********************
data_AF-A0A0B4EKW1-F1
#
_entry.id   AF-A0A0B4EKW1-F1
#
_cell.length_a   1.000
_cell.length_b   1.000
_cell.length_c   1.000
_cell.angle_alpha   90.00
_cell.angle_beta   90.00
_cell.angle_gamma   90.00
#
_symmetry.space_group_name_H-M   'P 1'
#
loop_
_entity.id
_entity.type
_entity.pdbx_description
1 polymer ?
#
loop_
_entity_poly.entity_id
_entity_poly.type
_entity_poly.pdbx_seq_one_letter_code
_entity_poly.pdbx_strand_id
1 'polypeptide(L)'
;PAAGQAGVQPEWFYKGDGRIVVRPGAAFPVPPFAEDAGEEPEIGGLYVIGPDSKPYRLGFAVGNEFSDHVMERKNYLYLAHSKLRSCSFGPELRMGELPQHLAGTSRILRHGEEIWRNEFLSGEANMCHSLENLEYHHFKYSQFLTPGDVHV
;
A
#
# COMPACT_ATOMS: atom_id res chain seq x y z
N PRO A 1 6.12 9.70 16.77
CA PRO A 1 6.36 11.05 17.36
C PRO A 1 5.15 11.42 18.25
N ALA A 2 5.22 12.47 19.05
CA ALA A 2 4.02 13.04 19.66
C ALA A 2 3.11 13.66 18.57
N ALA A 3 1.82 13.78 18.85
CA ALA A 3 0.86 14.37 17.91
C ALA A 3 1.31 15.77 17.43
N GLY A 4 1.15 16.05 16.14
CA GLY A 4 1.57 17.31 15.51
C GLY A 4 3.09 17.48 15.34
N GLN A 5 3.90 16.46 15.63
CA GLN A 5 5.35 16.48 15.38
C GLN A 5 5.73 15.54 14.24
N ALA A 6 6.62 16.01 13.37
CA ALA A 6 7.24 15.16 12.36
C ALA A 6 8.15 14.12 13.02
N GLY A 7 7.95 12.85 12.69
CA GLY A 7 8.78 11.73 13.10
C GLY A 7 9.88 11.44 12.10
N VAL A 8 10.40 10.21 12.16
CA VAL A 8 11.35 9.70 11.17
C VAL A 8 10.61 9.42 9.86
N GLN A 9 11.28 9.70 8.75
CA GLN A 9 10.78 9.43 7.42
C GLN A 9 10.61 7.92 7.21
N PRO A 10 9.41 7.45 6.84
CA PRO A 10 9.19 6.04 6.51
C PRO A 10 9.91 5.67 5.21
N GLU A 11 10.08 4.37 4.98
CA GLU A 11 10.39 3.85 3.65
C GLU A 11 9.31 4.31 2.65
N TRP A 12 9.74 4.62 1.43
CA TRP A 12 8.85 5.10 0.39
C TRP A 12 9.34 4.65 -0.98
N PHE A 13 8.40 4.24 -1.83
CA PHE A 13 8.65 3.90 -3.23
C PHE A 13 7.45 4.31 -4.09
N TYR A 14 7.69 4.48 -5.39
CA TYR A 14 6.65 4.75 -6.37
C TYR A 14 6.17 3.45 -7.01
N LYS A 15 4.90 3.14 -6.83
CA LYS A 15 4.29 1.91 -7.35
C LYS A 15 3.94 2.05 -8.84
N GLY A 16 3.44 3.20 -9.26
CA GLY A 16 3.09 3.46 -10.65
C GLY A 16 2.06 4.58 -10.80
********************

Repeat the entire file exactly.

data_AF-A0A0B4EKW1-F1
#
_entry.id   AF-A0A0B4EKW1-F1
#
_cell.length_a   1.000
_cell.length_b   1.000
_cell.length_c   1.000
_cell.angle_alpha   90.00
_cell.angle_beta   90.00
_cell.angle_gamma   90.00
#
_symmetry.space_group_name_H-M   'P 1'
#
loop_
_entity.id
_entity.type
_entity.pdbx_description
1 polymer ?
#
loop_
_entity_poly.entity_id
_entity_poly.type
_entity_poly.pdbx_seq_one_letter_code
_entity_poly.pdbx_strand_id
1 'polypeptide(L)'
;PAAGQAGVQPEWFYKGDGRIVVRPGAAFPVPPFAEDAGEEPEIGGLYVIGPDSKPYRLGFAVGNEFSDHVMERKNYLYLAHSKLRSCSFGPELRMGELPQHLAGTSRILRHGEEIWRNEFLSGEANMCHSLENLEYHHFKYSQFLTPGDVHV
;
A
#
# COMPACT_ATOMS: atom_id res chain seq x y z
N PRO A 1 6.12 9.70 16.77
CA PRO A 1 6.36 11.05 17.36
C PRO A 1 5.15 11.42 18.25
N ALA A 2 5.22 12.47 19.05
CA ALA A 2 4.02 13.04 19.66
C ALA A 2 3.11 13.66 18.57
N ALA A 3 1.82 13.78 18.85
CA ALA A 3 0.86 14.37 17.91
C ALA A 3 1.31 15.77 17.43
N GLY A 4 1.15 16.05 16.14
CA GLY A 4 1.57 17.31 15.51
C GLY A 4 3.09 17.48 15.34
N GLN A 5 3.90 16.46 15.63
CA GLN A 5 5.35 16.48 15.38
C GLN A 5 5.73 15.54 14.24
N ALA A 6 6.62 16.01 13.37
CA ALA A 6 7.24 15.16 12.36
C ALA A 6 8.15 14.12 13.02
N GLY A 7 7.95 12.85 12.69
CA GLY A 7 8.78 11.73 13.10
C GLY A 7 9.88 11.44 12.10
N VAL A 8 10.40 10.21 12.16
CA VAL A 8 11.35 9.70 11.17
C VAL A 8 10.61 9.42 9.86
N GLN A 9 11.28 9.70 8.75
CA GLN A 9 10.78 9.43 7.42
C GLN A 9 10.61 7.92 7.21
N PRO A 10 9.41 7.45 6.84
CA PRO A 10 9.19 6.04 6.51
C PRO A 10 9.91 5.67 5.21
N GLU A 11 10.08 4.37 4.98
CA GLU A 11 10.39 3.85 3.65
C GLU A 11 9.31 4.31 2.65
N TRP A 12 9.74 4.62 1.43
CA TRP A 12 8.85 5.10 0.39
C TRP A 12 9.34 4.65 -0.98
N PHE A 13 8.40 4.24 -1.83
CA PHE A 13 8.65 3.90 -3.23
C PHE A 13 7.45 4.31 -4.09
N TYR A 14 7.69 4.48 -5.39
CA TYR A 14 6.65 4.75 -6.37
C TYR A 14 6.17 3.45 -7.01
N LYS A 15 4.90 3.14 -6.83
CA LYS A 15 4.29 1.91 -7.35
C LYS A 15 3.94 2.05 -8.84
N GLY A 16 3.44 3.20 -9.26
CA GLY A 16 3.09 3.46 -10.65
C GLY A 16 2.06 4.58 -10.80